The University of Wisconsin Press
Agricultural Production in Communist China, 1949-1965
The Chinese economy sustains a population that will soon number a billion, more than one quarter of the world’s people. China’s agriculture is faced with the staggering need to clothe and feed this population, and its success or failure is now a matter of worldwide significance.
Despite the gravity of the problem, Western knowledge of China’s agricultural productivity of the last two decades has been scant. Professor Kang Chao’s careful study is the first to assess China’s agricultural performance with a high degree of certainty and comprehensiveness.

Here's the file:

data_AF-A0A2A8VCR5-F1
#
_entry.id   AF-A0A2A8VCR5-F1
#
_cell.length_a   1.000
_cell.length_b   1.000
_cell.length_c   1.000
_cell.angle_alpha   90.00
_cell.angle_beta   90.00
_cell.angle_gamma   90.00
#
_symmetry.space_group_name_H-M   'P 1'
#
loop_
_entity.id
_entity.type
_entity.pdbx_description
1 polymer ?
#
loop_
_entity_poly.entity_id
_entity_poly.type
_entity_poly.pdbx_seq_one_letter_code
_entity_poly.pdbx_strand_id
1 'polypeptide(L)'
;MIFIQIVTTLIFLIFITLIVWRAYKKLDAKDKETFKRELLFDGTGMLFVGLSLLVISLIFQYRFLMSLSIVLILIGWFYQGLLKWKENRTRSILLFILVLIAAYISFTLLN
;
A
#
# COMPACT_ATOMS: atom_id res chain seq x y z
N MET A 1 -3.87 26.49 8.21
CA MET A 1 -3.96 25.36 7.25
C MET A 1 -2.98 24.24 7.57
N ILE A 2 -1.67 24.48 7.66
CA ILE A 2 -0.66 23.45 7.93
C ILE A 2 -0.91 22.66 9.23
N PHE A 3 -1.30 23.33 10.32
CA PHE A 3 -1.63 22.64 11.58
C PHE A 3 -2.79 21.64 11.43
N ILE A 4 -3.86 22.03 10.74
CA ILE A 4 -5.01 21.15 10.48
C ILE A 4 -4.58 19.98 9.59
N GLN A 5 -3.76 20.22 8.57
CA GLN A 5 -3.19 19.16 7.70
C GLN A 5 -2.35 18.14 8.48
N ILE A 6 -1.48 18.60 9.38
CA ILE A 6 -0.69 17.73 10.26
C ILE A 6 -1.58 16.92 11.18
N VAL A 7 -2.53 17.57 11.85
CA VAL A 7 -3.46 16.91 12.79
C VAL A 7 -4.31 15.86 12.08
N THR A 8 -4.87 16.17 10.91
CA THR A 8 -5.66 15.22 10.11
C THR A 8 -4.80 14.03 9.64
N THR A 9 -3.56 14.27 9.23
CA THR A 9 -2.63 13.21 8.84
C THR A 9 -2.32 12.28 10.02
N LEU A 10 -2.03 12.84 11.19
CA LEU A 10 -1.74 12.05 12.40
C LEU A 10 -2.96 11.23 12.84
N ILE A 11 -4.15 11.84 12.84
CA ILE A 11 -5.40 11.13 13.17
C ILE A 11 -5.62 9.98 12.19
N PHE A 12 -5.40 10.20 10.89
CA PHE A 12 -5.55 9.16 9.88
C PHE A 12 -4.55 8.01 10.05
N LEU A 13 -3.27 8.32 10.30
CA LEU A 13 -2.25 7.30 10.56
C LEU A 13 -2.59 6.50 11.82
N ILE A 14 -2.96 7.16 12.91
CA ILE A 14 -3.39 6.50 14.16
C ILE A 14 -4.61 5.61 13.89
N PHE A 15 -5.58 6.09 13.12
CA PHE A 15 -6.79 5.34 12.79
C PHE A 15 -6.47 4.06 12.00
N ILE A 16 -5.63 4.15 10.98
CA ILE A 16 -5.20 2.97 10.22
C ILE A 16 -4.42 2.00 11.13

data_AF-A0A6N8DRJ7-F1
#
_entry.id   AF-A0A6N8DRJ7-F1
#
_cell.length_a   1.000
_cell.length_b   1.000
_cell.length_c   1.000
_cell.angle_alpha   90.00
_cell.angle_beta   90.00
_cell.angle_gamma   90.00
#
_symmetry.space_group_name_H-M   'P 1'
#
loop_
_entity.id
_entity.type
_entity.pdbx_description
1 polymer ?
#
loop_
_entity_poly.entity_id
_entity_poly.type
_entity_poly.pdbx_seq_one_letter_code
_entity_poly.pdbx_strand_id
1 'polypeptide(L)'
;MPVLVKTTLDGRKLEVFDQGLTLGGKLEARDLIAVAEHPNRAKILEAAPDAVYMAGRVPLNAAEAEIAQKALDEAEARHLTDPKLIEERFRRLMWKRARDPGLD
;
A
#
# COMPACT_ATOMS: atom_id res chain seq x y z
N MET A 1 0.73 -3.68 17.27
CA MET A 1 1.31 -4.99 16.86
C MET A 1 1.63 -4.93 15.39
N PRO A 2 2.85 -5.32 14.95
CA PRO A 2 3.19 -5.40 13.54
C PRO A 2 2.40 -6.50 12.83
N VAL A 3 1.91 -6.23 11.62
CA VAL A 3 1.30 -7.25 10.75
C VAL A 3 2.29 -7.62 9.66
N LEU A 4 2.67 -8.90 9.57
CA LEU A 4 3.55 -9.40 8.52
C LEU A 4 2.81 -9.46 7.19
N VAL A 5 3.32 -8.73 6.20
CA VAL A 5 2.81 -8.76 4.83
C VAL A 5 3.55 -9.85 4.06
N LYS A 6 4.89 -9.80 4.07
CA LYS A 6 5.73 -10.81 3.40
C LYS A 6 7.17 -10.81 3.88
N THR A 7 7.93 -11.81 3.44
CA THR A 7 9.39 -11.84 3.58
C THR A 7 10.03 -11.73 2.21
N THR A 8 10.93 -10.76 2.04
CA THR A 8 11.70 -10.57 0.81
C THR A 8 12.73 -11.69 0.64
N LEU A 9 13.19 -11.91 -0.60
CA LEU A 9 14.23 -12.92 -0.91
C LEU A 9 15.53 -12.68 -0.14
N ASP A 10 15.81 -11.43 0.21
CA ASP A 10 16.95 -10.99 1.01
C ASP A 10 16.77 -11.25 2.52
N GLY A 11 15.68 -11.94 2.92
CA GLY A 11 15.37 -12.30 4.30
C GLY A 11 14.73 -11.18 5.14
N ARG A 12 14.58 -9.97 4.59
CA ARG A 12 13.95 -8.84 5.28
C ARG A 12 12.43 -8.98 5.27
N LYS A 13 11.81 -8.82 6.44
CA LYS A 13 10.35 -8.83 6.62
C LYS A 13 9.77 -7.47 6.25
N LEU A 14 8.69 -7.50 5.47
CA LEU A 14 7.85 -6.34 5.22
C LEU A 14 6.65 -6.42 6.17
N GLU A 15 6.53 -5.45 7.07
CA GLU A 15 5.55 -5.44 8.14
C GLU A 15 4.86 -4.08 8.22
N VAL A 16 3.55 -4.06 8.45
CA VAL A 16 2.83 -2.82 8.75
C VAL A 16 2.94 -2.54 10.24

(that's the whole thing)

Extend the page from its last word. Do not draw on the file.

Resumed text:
Chao analyzes the economic impact of the institutional changes in rural China which were carried out at a high speed under the policy of socialist transformation. He discusses early land reform attempts, the subsequent governmental step-up of collectivization, and the decision to organize the communes.
This is a thoughtful and reliable study that serves an imperative need, especially in view of the growing realization of the world’s population crisis. It will be of particular value to specialists in China and the Far East, agricultural economics, and economic development, and to the growing number of interdisciplinary scholars concerned with the seeming inability of the earth’s resources to feed an exploding world population.
Kang Chao is professor of economics at the University of Wisconsin–Madison, and is the author of The Rate and Pattern of Industrial Growth in Communist China and The Construction Industry in Communist China.
LC: 70-021766 HD
372 pp. 6 1/8 x 9 1/4
Cloth $30.00 s
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